TUPELO – Despite growth in test scores, the Lee County School District maintained its “C” ranking for the fifth consecutive year.
The district’s test scores actually moved it into the range to be a “B” district, but it was held back by its graduation rate.
Lee County’s Quality of Distribution Index, which is based on how well students score on state tests, rose by eight points to 170.
“I’m very happy with the eight-point growth,” Superintendent Jimmy Weeks said. “I’m disappointed for the teachers and principals we were not a “B” district.
“It goes back to graduation rate. It is not a short-term solution. We had a lot in place last year and this year to improve that. I expect our graduation rate to go up next year, and with QDI gains, it is very likely we will be a ‘High Performing’ district.”
Since the MDE switched to its new accountability model in 2009, the Lee County School District has been ranked a “Successful” school district. A new state law uses letter grades for school rankings, converting “Successful” districts to a “C” grade. “High Performing” is now a “B” grade.
The Mississippi Department of Education released district and school rankings on Friday, although the State Board of Education is expected to officially approve them today.
The rankings are based on the results of state tests taken during the 2012-13 school year. They were determined by the QDI and by whether students made a year’s worth of growth on those tests. Districts and high schools also were evaluated by their graduation rates.
To have earned a “B,” Lee County would have needed a five-year graduation rate above 75 percent or a four-year rate of 71 percent. It had a five-year rate of 69 percent and a four-year rate of 68 percent.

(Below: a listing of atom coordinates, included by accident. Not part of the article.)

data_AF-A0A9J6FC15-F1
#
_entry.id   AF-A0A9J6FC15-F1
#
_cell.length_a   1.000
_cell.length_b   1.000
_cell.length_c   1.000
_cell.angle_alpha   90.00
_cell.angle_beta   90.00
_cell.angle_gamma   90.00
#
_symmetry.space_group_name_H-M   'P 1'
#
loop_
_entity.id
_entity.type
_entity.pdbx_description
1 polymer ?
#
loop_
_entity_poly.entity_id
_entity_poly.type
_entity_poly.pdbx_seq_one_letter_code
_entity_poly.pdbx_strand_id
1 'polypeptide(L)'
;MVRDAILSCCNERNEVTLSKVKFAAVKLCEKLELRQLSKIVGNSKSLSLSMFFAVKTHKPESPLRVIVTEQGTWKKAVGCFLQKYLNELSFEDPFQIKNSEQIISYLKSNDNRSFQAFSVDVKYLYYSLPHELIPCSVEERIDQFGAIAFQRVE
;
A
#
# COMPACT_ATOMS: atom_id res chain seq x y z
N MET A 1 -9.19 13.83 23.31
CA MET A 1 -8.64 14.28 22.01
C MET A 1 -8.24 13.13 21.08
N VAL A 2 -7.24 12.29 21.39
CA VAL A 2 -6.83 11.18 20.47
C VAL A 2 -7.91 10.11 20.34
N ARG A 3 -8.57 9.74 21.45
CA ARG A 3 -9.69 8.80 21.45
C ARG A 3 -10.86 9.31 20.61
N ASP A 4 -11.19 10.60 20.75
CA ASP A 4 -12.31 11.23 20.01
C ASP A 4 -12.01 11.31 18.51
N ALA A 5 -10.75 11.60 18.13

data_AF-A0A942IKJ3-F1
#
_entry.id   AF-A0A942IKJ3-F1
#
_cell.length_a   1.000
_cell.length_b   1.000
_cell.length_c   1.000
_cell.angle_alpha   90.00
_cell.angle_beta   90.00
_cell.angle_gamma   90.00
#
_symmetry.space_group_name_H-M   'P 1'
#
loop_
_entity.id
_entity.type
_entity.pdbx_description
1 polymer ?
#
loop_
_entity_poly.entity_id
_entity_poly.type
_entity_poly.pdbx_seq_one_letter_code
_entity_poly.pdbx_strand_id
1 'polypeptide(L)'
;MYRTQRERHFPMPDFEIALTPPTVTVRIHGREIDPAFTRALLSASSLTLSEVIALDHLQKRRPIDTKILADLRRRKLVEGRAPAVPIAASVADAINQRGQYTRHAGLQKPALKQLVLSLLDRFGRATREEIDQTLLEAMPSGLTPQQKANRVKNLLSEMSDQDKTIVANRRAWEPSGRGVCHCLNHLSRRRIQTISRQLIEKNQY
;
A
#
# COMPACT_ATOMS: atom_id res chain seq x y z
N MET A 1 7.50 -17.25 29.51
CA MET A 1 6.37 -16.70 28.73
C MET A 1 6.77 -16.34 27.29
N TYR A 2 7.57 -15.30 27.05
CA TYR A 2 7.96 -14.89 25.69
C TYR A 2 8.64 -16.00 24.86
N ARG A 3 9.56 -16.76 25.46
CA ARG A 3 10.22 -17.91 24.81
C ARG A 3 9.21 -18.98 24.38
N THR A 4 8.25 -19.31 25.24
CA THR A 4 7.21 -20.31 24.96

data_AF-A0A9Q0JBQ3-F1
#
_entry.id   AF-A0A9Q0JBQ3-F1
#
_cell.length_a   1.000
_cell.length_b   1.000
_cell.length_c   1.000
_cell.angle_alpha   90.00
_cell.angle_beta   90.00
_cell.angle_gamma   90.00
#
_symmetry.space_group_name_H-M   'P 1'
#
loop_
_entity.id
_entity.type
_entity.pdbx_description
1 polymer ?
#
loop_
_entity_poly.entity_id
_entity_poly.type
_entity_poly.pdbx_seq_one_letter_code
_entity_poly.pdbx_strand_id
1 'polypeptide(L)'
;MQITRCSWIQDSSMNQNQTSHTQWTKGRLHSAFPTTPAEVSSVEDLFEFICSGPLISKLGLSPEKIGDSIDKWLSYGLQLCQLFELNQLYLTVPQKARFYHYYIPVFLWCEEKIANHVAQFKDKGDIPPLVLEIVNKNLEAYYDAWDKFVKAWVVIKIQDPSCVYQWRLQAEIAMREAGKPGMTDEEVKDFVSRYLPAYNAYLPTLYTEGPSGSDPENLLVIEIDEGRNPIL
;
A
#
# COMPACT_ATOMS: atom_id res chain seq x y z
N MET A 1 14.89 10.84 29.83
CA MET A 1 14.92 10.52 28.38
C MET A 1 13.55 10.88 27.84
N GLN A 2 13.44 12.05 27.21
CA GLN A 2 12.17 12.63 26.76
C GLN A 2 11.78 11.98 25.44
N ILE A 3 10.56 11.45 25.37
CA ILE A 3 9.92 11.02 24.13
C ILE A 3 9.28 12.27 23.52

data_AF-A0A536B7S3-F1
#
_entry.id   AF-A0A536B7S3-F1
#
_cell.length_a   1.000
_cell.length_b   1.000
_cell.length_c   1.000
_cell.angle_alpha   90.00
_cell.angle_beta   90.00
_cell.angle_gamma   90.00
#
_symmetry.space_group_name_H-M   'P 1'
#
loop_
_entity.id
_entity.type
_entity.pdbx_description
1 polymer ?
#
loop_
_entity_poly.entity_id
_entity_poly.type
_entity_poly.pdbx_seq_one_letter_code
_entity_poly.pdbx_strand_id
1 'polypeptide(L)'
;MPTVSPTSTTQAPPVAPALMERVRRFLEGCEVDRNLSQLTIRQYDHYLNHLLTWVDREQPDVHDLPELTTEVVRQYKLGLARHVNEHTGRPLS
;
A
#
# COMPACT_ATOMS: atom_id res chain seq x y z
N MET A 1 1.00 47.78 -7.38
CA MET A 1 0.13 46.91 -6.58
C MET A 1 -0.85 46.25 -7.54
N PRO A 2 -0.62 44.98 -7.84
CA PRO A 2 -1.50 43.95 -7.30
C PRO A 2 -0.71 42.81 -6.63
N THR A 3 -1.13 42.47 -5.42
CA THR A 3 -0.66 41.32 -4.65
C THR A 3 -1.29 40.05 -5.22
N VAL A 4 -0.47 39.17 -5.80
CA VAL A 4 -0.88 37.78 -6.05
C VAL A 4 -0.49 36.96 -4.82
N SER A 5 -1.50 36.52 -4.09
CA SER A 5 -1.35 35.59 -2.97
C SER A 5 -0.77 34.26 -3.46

Weeks said the district has added special “boot camps” to help students who need to pass a state test in order to graduate and that it will expand those this year. It is also exploring various incentives that reward attendance.
“We’ll do anything we can do to motivate kids to stay in school and get their diplomas,” he said. “We are stressing the importance of a high school diploma with students and parents.”
Last year, Lee County had two “A” schools – Mooreville and Saltillo High Schools – but both fell to “B” this year. Saltillo actually raised its QDI by six points, but its 72 percent four-year graduation rate needed to be one percentage point higher.
“We took a lot of pride in that, and it hurt our feelings we lost it,” Weeks said. “The principals are doing everything they can to get the ‘A’ rating back.”
Lee County’s largest growth was Verona Elementary, which raised its QDI by 31 points to move from “F” to “C.” Saltillo Elementary raised its QDI by 21 points and rose from “C” to “B.”
The district had five “B” schools, which also included Guntown and Mooreville Middle. It had three “C” schools, two “D” schools and one “F.” Plantersville, which was rated “D” last year fell to “F.”
Weeks noted it was a tumultuous year at Plantersville, after former Principal Bill Horton died of a heart attack in December. He said the district is working hard to improve that this year.
Shannon Middle School rose from “D” to “C,” and Mooreville Middle from “C” to “B.”